Dip your toe into the Black Hammer-verse with the Black Hammer 3 for $1and Skulldigger + Skeleton Boy from Dark Horse Comics! Explore the weird, wonderful, ever-expanding world created by acclaimed writer Jeff Lemire and veteran artist Dean Ormston.

Black Hammer 3 for $1 is a perfect intro to three great storylines in the Black Hammer–verse for just one dollar! This three-in-one anthology features the first issues of the original Black Hammer run, Sherlock Frankenstein, and Quantum Age, collected together in a 72-page discount package! Featuring art by artists Dean Ormston, David Rubín, and Wilfredo Torres, Black Hammer 3 for $1 is your one-way ticket to Spiral City and beyond!

And if you’re already well versed in the Black Hammer-verse, then you won’t want to miss the debut of the newest hero to stalk the streets of Spiral City in Skulldigger + Skeleton Boy! Written by Black Hammer co-creator Jeff Lemire, with art by Tonci Zonjic and letters by Steve Wands, Skulldigger + Skeleton Boy is the latest installment in the ever-expanding Black Hammer-verse.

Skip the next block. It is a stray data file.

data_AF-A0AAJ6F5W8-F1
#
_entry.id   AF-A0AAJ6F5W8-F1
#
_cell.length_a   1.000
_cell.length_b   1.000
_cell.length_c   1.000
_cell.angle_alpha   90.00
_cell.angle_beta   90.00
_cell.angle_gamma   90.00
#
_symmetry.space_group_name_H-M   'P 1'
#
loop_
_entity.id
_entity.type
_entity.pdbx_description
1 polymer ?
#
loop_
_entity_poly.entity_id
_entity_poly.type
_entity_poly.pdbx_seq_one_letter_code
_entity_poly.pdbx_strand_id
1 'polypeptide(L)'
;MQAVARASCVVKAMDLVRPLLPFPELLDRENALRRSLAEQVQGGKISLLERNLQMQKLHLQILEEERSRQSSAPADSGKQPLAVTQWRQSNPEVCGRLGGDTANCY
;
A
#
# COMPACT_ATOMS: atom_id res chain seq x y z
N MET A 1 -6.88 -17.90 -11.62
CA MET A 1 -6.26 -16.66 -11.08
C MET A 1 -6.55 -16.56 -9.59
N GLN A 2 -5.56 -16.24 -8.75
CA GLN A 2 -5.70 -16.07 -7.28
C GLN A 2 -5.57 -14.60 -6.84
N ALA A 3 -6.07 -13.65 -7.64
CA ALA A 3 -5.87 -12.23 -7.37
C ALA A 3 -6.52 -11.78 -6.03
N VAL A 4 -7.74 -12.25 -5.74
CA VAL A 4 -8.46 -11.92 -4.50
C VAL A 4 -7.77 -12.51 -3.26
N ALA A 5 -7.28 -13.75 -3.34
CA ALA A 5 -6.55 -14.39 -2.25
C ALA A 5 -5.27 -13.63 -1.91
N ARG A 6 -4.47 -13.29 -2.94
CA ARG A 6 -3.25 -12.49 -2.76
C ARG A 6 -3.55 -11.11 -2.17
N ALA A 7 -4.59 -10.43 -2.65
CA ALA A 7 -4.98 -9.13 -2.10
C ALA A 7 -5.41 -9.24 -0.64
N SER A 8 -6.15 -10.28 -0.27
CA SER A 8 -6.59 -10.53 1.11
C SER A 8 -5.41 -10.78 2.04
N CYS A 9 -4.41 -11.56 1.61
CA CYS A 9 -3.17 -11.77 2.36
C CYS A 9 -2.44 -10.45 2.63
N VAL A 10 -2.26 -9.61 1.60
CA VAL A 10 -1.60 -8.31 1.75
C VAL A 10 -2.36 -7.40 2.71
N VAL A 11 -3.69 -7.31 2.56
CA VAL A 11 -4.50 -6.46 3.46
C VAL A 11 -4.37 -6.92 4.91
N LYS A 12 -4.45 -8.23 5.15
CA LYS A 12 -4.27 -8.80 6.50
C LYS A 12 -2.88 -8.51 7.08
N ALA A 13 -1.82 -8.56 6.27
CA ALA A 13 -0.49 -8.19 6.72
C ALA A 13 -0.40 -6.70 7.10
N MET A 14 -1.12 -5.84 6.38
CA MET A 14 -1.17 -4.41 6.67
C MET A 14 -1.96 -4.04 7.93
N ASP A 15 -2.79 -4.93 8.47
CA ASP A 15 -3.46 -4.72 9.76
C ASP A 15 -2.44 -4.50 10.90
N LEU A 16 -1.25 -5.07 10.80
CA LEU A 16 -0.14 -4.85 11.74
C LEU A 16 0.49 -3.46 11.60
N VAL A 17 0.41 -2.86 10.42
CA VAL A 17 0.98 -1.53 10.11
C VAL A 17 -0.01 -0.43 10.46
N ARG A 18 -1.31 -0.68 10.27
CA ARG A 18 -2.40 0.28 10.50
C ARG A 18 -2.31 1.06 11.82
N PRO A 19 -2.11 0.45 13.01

Teased in The World of Black Hammer Encyclopedia, this tale of dark tragedy finds Spiral City trapped in a vicious cycle of crime, corruption, and violence. With the heart of the city at stake, a vigilante rises in Skulldigger. However, when the nefarious Grimjim escapes from prison, will Skulldigger and his ward, Skeleton Boy, be enough to save Spiral City? Be sure to find out in Skulldigger + Skeleton Boy #1.

Black Hammer 3 for $1 goes on sale November 06, 2019, and Skulldigger + Skeleton Boy #1 (of twelve) goes on sale December 11, 2019.

The World of Black Hammer Gets a Definitive Guide

If you’re a fan of the Eisner Award-winning series but have questions about the weird and wonderful world filled with Golden Age pulp heroes and alien warlords then you won’t want to miss this! Critically acclaimed writer and Black Hammer co-creator Jeff Lemire is teaming up with writer Tate Brombal to explore the colorful characters that populate the Black Hammer universe in a brand new one-shot, The World of Black Hammer Encyclopedia!